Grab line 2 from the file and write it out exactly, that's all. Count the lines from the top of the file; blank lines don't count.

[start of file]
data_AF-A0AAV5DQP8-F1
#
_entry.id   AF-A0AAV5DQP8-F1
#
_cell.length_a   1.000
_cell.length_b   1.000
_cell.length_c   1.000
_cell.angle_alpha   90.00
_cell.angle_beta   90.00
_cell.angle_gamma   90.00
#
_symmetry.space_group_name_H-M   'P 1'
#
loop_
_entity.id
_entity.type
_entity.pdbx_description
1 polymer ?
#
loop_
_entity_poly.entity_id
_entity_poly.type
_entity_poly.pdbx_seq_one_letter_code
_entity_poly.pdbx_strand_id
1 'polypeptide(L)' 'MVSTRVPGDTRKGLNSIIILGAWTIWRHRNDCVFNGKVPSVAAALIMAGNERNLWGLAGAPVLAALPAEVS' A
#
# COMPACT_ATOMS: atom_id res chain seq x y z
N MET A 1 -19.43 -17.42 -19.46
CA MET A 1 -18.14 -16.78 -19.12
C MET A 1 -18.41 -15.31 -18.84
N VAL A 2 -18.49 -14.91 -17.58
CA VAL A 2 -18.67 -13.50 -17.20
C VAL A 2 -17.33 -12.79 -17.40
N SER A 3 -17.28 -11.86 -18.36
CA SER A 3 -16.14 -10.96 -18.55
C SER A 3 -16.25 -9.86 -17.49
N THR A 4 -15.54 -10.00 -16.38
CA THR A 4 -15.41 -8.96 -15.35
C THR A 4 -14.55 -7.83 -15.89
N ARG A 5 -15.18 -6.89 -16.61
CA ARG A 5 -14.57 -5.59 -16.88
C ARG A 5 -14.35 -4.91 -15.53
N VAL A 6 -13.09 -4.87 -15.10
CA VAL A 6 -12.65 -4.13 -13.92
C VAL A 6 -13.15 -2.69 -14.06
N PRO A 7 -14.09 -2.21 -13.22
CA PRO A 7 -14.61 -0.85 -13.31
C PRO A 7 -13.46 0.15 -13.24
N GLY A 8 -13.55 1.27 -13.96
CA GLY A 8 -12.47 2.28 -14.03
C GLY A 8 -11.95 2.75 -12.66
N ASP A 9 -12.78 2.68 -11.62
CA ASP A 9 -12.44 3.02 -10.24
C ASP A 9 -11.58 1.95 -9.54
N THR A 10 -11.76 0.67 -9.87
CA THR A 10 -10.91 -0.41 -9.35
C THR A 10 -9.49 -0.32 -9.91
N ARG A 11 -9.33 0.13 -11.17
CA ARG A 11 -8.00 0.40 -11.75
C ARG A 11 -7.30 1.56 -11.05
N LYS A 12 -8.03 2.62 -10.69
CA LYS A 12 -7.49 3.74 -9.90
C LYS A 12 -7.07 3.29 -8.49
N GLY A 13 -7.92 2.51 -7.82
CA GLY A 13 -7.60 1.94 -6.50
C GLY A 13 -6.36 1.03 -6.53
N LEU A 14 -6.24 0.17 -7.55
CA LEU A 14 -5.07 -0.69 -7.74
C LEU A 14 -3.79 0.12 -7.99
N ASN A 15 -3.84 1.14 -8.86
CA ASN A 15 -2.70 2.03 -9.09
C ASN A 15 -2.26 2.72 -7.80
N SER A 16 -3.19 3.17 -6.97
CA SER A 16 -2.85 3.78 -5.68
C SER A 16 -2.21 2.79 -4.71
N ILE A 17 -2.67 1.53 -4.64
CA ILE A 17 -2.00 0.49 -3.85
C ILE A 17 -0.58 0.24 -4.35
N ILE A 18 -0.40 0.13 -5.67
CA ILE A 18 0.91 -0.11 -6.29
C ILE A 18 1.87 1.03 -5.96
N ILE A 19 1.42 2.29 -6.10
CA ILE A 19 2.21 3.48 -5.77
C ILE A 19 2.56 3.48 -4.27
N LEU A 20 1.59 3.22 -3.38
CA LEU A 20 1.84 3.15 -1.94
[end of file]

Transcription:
#